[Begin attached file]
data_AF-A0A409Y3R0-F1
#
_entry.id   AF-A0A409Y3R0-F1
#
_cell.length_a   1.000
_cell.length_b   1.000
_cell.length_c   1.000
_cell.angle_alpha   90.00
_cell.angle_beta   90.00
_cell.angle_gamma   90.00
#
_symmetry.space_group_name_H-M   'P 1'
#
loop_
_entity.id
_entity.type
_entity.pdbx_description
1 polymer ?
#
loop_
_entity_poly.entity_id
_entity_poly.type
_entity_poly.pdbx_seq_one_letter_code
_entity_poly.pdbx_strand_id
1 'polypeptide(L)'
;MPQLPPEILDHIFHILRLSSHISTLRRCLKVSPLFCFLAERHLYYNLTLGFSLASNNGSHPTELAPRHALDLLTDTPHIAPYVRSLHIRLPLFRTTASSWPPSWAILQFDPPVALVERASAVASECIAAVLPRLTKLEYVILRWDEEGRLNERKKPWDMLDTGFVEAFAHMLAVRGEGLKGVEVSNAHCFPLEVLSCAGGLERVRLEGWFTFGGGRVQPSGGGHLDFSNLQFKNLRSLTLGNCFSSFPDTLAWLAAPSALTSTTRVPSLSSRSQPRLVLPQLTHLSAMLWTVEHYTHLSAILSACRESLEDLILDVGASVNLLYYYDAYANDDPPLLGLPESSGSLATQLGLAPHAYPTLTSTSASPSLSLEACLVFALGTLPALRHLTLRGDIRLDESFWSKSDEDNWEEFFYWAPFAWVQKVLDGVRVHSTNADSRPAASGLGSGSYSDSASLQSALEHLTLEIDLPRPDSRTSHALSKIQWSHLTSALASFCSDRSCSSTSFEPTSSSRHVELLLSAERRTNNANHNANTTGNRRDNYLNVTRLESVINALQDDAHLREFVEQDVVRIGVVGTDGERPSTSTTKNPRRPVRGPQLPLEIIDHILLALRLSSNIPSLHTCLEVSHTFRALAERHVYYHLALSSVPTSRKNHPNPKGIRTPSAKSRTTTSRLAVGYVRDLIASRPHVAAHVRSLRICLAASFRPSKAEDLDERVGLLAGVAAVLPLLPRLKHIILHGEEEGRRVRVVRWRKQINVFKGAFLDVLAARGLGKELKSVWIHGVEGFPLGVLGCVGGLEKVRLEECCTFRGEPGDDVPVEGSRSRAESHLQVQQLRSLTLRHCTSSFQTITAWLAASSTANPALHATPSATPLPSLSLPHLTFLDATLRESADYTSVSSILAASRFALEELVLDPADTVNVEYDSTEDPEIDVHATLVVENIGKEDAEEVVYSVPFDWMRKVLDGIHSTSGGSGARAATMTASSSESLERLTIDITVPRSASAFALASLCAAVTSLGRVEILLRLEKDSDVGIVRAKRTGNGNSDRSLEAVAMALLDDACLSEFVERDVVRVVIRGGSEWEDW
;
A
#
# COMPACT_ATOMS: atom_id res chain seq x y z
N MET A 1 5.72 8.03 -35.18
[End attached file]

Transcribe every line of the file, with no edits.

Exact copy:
data_AF-A0A409Y3R0-F1
#
_entry.id   AF-A0A409Y3R0-F1
#
_cell.length_a   1.000
_cell.length_b   1.000
_cell.length_c   1.000
_cell.angle_alpha   90.00
_cell.angle_beta   90.00
_cell.angle_gamma   90.00
#
_symmetry.space_group_name_H-M   'P 1'
#
loop_
_entity.id
_entity.type
_entity.pdbx_description
1 polymer ?
#
loop_
_entity_poly.entity_id
_entity_poly.type
_entity_poly.pdbx_seq_one_letter_code
_entity_poly.pdbx_strand_id
1 'polypeptide(L)'
;MPQLPPEILDHIFHILRLSSHISTLRRCLKVSPLFCFLAERHLYYNLTLGFSLASNNGSHPTELAPRHALDLLTDTPHIAPYVRSLHIRLPLFRTTASSWPPSWAILQFDPPVALVERASAVASECIAAVLPRLTKLEYVILRWDEEGRLNERKKPWDMLDTGFVEAFAHMLAVRGEGLKGVEVSNAHCFPLEVLSCAGGLERVRLEGWFTFGGGRVQPSGGGHLDFSNLQFKNLRSLTLGNCFSSFPDTLAWLAAPSALTSTTRVPSLSSRSQPRLVLPQLTHLSAMLWTVEHYTHLSAILSACRESLEDLILDVGASVNLLYYYDAYANDDPPLLGLPESSGSLATQLGLAPHAYPTLTSTSASPSLSLEACLVFALGTLPALRHLTLRGDIRLDESFWSKSDEDNWEEFFYWAPFAWVQKVLDGVRVHSTNADSRPAASGLGSGSYSDSASLQSALEHLTLEIDLPRPDSRTSHALSKIQWSHLTSALASFCSDRSCSSTSFEPTSSSRHVELLLSAERRTNNANHNANTTGNRRDNYLNVTRLESVINALQDDAHLREFVEQDVVRIGVVGTDGERPSTSTTKNPRRPVRGPQLPLEIIDHILLALRLSSNIPSLHTCLEVSHTFRALAERHVYYHLALSSVPTSRKNHPNPKGIRTPSAKSRTTTSRLAVGYVRDLIASRPHVAAHVRSLRICLAASFRPSKAEDLDERVGLLAGVAAVLPLLPRLKHIILHGEEEGRRVRVVRWRKQINVFKGAFLDVLAARGLGKELKSVWIHGVEGFPLGVLGCVGGLEKVRLEECCTFRGEPGDDVPVEGSRSRAESHLQVQQLRSLTLRHCTSSFQTITAWLAASSTANPALHATPSATPLPSLSLPHLTFLDATLRESADYTSVSSILAASRFALEELVLDPADTVNVEYDSTEDPEIDVHATLVVENIGKEDAEEVVYSVPFDWMRKVLDGIHSTSGGSGARAATMTASSSESLERLTIDITVPRSASAFALASLCAAVTSLGRVEILLRLEKDSDVGIVRAKRTGNGNSDRSLEAVAMALLDDACLSEFVERDVVRVVIRGGSEWEDW
;
A
#
# COMPACT_ATOMS: atom_id res chain seq x y z
N MET A 1 5.72 8.03 -35.18